Potential for Reducing Nitrogen Losses


At Agroscope, European experts discuss a reassessment of farmyard manures as nitrogen suppliers as a contribution to optimised nutrient management in practice and enforcement.

Livestock farming is the most important pillar of the Swiss agricultural sector. A by-product of this activity is animal excrement, which contains valuable nutrients that make it the prime fertiliser for plant production.  As the most important plant nutrient, however, nitrogen is largely lost along the farmyard-manure cascade – in animal housing, on pastures, in farmyard-manure stores, during spreading, and subsequently on the field – in the form of ammonia volatilisation and nitrate leaching. Losses also occur in the form of nitrous oxide, a powerful greenhouse gas. These losses have negative effects on natural and seminatural ecosystems as well as on forests in sensitive regions such as the northern Alps. At national level, only around a third of the nitrogen reaching farms in the form of external fertilisers and feedstuffs turns up again in agricultural products. Two-thirds are unused surpluses which are largely lost. It is the stated aim of Swiss policy to reduce these surpluses by 20% by 2030 (Parliamentary Initiative 19,475, Federal Council Resolution of 13 April 2022). To this end, Swiss regulations are to be adapted to the current state of knowledge.

In a three-day workshop held from 4 to 6 May at Agroscope’s Reckenholz site, leading European experts from research, administration and practice discussed the scientific basis of how nitrogen losses along the farmyard-manure cascade can be quantified and reduced, and how the nitrogen utilisation rate of farmyard manures of various animal categories can be evaluated more precisely. The experts hailed from Denmark, Germany, France, Ireland, Italy, the Netherlands, the UK and Switzerland.

Important themes in this workshop were unavoidable losses along the farmyard-manure cascade according to ‘best farming practice’, in particular from ammonia volatilisation and nitrous oxide; known and new techniques for reducing losses from animal housing, storage and spreading; and estimating nitrate-leaching potential under different production systems.  Another key topic was the potential for long-term nitrogen utilisation in plant production after repeated farmyard-manure applications, as is the norm in Switzerland. In conclusion, examples were given of administrative implementation to improve the utilisation of nitrogen from farmyard manure from various countries. At the end of the workshop, the partial results of group projects and plenary papers were summarised and discussed in a synthesis. The latter forms the basis for an international publication which in turn aims to illustrate the state of knowledge and realistic objectives for improving nitrogen utilisation as well as the assessment of leading European scientists. The amassed knowledge is to be used to revise Swiss regulations, and thereby contribute to the achievement of the target of a 20% reduction in nitrogen surpluses.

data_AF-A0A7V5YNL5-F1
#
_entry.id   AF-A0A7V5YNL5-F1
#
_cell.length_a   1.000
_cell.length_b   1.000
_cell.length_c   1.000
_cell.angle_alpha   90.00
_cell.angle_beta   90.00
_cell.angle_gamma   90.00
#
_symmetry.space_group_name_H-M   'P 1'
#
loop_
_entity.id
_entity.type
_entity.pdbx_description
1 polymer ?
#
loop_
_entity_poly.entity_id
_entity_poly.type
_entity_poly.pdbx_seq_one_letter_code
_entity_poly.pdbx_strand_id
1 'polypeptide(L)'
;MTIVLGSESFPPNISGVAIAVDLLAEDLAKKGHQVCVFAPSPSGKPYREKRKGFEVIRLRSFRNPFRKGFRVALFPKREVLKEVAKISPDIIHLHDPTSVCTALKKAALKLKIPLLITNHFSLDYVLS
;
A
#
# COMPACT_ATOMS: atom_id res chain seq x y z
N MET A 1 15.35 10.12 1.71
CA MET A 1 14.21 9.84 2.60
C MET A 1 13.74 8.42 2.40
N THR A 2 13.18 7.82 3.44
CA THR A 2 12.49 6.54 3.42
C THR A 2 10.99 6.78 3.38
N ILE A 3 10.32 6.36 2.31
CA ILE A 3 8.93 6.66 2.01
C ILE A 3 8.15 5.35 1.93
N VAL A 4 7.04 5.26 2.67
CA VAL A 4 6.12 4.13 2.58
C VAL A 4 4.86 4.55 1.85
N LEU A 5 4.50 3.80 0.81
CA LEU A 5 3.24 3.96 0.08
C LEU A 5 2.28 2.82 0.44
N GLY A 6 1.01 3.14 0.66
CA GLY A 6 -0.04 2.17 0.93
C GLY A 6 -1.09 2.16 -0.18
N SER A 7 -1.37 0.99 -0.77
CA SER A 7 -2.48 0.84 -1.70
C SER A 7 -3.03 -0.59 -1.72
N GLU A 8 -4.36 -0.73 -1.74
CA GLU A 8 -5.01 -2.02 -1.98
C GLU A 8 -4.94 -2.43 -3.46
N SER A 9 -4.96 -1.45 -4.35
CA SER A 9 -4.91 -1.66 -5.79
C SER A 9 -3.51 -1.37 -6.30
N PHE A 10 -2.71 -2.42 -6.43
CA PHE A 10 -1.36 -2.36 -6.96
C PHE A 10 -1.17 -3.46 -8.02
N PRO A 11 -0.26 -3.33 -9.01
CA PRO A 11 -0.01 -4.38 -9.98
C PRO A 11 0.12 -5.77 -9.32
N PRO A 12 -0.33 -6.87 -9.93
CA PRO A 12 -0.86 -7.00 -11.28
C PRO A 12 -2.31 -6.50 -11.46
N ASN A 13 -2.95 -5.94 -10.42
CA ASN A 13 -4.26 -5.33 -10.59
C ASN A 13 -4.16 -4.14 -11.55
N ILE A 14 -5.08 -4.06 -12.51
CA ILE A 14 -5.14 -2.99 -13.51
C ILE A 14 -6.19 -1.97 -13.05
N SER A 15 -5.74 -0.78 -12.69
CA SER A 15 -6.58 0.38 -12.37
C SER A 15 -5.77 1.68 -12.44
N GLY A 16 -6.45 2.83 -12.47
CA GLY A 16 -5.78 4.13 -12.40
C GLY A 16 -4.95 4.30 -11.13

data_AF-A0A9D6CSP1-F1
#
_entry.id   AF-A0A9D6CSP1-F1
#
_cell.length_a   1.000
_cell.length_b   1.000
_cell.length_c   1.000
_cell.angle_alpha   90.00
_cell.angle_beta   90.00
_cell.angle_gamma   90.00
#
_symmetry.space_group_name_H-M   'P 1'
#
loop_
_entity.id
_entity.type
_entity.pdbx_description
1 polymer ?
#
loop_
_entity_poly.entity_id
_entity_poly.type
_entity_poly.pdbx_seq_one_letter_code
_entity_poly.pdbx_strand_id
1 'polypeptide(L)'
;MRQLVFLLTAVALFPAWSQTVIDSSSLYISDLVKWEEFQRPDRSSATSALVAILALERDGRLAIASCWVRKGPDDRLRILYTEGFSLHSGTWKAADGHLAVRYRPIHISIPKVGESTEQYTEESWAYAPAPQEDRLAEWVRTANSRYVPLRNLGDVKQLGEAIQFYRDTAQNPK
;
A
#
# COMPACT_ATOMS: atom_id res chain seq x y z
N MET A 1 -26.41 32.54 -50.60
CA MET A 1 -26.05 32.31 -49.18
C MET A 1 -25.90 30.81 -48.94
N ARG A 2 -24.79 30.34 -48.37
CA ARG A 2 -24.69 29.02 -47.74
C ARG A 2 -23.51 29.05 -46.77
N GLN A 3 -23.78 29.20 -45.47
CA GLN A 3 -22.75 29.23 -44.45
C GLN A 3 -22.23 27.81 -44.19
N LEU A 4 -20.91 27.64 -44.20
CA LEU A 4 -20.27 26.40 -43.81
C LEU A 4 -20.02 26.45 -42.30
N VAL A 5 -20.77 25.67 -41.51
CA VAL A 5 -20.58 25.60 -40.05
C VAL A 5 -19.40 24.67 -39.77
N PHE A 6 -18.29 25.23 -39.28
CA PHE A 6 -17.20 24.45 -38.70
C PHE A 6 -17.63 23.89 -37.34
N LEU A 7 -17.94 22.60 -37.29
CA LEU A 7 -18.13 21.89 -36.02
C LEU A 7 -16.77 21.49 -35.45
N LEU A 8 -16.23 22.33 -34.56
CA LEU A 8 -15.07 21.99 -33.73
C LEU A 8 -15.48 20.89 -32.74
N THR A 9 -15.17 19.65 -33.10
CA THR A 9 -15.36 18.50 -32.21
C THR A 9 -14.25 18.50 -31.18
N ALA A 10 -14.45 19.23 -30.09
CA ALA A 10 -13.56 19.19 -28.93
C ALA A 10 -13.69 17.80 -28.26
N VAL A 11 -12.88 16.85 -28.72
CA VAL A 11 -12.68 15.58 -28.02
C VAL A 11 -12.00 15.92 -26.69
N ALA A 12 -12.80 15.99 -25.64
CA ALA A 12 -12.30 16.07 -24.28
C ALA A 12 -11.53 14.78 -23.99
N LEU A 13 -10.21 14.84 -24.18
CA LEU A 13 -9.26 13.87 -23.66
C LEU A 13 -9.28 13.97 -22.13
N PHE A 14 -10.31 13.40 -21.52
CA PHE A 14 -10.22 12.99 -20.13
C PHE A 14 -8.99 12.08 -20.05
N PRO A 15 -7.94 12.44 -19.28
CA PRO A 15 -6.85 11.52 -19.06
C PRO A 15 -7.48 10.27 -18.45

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Last modification 14.06.2022

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